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What Drives U.S. Immigration Policy? Evidence from Congressional Roll Call Votes

Author

Listed:
  • Facchini, Giovanni

    () (University of Nottingham)

  • Steinhardt, Max F.

    () (Free University of Berlin)

Abstract

Immigration is one of the most hotly debated policy issues in the United States today. Despite marked divergence of opinions within political parties, several important immigration reforms were introduced in the post 1965 era. The purpose of this paper is to systematically analyze the drivers of congressional voting behavior on immigration policy during the period 1970-2006, and in particular, to assess the role of economic factors at the district level. Our findings provide robust evidence that representatives of more skilled labor abundant constituencies are more likely to support an open immigration policy concerning unskilled labor. Thus, a simple factor-proportions-analysis model provides useful insights regarding the policy making process on one of the most controversial facets of globalization.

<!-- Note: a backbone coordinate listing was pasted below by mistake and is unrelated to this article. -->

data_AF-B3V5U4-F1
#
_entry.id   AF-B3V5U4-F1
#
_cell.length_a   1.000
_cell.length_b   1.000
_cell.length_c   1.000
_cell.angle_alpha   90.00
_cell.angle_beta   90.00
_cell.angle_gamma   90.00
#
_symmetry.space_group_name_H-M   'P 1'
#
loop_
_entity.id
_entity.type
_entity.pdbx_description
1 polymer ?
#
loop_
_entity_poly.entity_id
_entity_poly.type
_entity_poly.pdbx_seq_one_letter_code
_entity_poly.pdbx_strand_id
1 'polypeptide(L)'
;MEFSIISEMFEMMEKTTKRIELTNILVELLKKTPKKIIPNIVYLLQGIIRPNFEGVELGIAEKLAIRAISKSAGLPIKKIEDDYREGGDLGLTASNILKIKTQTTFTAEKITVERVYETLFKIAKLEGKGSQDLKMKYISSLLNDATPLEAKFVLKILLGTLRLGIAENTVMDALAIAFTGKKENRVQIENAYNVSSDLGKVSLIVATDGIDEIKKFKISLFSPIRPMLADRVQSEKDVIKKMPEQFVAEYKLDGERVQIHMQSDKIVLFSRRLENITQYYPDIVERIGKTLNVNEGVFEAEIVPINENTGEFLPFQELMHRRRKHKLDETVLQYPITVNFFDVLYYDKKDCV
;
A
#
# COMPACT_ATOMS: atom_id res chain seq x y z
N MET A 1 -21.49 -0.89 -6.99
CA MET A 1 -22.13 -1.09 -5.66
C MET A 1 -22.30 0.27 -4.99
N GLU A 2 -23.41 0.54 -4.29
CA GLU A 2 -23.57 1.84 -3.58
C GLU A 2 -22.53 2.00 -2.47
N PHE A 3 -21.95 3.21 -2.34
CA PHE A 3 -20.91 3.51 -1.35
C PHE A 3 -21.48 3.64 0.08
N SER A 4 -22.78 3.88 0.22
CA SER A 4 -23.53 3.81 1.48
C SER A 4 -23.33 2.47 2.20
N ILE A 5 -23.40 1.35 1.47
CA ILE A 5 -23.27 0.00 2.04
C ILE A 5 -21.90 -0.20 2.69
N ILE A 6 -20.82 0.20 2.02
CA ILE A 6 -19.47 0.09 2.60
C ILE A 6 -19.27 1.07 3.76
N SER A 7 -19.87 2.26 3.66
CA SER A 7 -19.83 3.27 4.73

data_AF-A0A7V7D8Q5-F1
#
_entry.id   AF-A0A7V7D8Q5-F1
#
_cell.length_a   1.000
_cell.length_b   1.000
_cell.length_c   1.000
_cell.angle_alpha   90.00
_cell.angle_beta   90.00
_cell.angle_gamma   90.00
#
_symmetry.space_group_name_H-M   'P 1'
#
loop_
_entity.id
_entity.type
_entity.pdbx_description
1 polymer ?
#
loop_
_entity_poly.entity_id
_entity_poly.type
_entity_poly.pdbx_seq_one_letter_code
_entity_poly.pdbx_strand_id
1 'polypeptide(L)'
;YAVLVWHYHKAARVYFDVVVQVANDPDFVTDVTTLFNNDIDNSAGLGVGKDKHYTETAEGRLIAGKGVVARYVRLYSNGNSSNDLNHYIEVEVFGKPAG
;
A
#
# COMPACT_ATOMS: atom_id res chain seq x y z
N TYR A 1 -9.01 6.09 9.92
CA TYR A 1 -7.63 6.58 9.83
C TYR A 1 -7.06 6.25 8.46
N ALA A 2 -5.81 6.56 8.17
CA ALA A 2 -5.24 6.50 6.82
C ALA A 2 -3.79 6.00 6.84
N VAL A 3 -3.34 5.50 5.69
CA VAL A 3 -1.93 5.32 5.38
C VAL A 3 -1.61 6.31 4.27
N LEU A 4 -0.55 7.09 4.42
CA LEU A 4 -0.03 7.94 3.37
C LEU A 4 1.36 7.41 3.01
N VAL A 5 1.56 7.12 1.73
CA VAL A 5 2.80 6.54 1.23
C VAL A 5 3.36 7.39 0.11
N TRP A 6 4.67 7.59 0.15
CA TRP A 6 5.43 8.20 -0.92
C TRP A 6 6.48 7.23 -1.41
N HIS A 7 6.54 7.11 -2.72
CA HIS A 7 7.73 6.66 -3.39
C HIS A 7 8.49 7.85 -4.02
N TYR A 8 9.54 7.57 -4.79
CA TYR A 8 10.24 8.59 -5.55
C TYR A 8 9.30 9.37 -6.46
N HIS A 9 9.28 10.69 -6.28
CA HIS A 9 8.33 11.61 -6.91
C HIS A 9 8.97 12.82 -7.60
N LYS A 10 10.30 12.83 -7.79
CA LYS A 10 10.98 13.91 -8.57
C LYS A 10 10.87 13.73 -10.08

Suggested Citation

  • Facchini, Giovanni & Steinhardt, Max F., 2011. "What Drives U.S. Immigration Policy? Evidence from Congressional Roll Call Votes," IZA Discussion Papers 5561, Institute of Labor Economics (IZA).
  • Handle: RePEc:iza:izadps:dp5561
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    References listed on IDEAS

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    More about this item

    Keywords

    political economy; voting; immigration policy;

    JEL classification:

    • F22 - International Economics - - International Factor Movements and International Business - - - International Migration
    • J61 - Labor and Demographic Economics - - Mobility, Unemployment, Vacancies, and Immigrant Workers - - - Geographic Labor Mobility; Immigrant Workers

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